London woman claims police mishandled alleged swatting incident

Clara Sorrenti, 28, of London claims London police violated her human rights after she was arrested in an alleged swatting incident on August 5, 2022. (Screen capture via Keffals on YouTube.)

A London woman said she is traumatized after she was reportedly held at police gunpoint, stemming from an alleged hoax involving threats made towards city hall.

Clara Sorrenti claims she was woken up to a number of officers inside her home early Friday morning, one of which she said, was pointing a firearm at her face.

In a video posted to YouTube on Tuesday, the 28-year-old transgender activist and video game streamer known as “Keffals” on the website Twitch, said she was later informed by police that at 6 a.m. the same morning, an email was sent to London city councillors threatening violence. Sorrenti said the message was written by someone impersonating her.

“An email impersonating me was sent to every city councillor in London, Ontario stating that I killed my mother, I have an illegal firearm, and I plan to go to city hall and shoot every cisgender person I see,” Sorrenti said in her address. 

After she was taken into police custody, Sorrenti was shown the email. She said her current name was written in the message, as well as her “deadname”, the name given at birth to a transgender person who has legally changed it.

“It was an obvious attempt to make the police humiliate me,” Sorrenti said.

She claimed police continued to call her by her deadname while in custody, and said she was booked at the station under that name. Sorrenti said she later learned that when police spoke with her mother, they allegedly referred to Sorrenti as “her son”. In her video, Sorrenti held up a London police property bag with “Roberts” written on it, which she said has not been her legal last name in over a decade.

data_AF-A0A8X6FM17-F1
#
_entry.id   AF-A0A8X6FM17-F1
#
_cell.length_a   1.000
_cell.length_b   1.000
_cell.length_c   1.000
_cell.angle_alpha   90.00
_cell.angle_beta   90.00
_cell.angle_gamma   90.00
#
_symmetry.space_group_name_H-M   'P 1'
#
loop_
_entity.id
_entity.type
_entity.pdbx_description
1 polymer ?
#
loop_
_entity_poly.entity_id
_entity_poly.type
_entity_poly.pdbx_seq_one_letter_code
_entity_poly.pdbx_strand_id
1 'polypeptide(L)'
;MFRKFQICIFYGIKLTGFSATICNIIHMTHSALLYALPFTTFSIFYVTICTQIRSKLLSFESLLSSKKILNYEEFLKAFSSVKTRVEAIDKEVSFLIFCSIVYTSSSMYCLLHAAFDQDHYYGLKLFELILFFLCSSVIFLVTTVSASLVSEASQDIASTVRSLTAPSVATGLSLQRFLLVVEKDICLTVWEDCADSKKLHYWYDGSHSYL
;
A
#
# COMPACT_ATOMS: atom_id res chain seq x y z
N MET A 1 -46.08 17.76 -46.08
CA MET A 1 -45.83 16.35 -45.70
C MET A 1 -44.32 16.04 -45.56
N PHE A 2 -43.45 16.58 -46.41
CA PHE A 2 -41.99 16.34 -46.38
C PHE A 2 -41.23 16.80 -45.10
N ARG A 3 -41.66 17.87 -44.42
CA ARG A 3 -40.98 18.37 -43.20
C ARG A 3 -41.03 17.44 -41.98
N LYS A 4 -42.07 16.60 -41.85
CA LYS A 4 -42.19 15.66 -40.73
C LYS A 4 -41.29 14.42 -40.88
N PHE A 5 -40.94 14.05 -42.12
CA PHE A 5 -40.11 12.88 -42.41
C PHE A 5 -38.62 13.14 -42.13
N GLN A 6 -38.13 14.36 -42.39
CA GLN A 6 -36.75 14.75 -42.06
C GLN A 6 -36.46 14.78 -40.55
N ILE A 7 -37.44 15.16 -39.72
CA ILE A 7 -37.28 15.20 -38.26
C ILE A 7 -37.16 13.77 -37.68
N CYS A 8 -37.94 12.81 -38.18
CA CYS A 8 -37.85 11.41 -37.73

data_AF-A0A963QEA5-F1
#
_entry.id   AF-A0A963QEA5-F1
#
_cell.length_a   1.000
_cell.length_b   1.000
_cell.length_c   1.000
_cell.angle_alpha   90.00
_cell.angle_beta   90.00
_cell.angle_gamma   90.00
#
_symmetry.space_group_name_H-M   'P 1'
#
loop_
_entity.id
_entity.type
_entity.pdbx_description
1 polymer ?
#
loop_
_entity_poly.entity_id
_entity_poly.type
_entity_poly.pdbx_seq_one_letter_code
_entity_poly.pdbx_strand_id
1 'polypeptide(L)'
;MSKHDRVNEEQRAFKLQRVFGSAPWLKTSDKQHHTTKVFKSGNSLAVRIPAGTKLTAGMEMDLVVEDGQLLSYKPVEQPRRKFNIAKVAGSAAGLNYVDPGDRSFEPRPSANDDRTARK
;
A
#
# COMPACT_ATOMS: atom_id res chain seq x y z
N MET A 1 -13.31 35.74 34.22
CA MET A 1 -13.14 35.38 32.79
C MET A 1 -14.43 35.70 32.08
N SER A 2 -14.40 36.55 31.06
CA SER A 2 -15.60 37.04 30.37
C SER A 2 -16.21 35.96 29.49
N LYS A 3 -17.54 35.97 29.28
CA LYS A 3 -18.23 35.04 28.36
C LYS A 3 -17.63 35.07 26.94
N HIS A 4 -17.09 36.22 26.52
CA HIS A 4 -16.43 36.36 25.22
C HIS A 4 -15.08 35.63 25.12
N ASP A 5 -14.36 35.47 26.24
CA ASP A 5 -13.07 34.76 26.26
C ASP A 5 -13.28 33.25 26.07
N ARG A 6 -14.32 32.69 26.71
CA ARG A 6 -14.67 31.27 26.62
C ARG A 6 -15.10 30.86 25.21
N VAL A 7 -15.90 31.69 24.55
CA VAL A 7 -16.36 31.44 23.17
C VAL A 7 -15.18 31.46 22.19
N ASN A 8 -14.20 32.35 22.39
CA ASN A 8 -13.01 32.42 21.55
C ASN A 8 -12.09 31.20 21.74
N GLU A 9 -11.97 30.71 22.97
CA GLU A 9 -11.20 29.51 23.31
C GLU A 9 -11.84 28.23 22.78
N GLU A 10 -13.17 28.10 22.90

“The fact that a fake email, the one that made police officers point an assault rifle at me, led to London Police Services (LPS) booking me under my deadname reveals the prejudice that many police have towards transgender people,” Sorrenti said. “This is despite the fact that the email contained my real name before ever mentioning my deadname.”

A copy of the search warrant Sorrenti was given following her release shows that officers came to her home to seize a handgun, ammunition, cartridges, firearm cleaning tools, a gun case, cell phone, and a computer. As a result, Sorrenti said she no longer has access to devices she used for work and personal use. A device belonging to her fiancé, which reportedly contained a PhD thesis was also taken in as evidence. 

Sorrenti was not charged by police, but claims she is still considered a suspect in their investigation. 

This is not the first time Sorrenti has fallen victim to a swatting incident, a form of harassment where attackers try to trick law enforcement into responding to a fake emergency. Just over a week ago, Sorrenti said she was contacted by Toronto law enforcement after similar threats were sent to local politicians. She said she was not charged in the incident and has not been deemed a suspect in that investigation.

“London Police Services should have been aware that this could happen. In fact, my brother called the LPS on March 27 in a conversation lasting 9 minutes and 16 seconds to see if my family could be put on a no-swatting list, only to be treated like we were wearing tinfoil hats and completely dismissed,” Sorrenti claimed. “They told my brother things would be fine. They were wrong.” 

Sorrenti said after these recent, “terrorizing” incidents, she fears her life is in danger. She has since set up a GoFundMe to help her move and pay for a legal fund.

“I have been subject to emotional damages, financial damages, blatant violations of the Human Rights Act, and discrimination against me on the basis of gender identity and expression,” Sorrenti said.

London police officials have yet to publicly comment on the matter. In the meantime, Sorrenti said she needs to take a break from her social media job.

“When I was woken up by police officers and saw the assault rifle pointed at me, I thought I was going to die. I feel traumatized,” Sorrenti said. “I just want everyone to know what happened and to ask for help so I can seek justice for what happened to me.”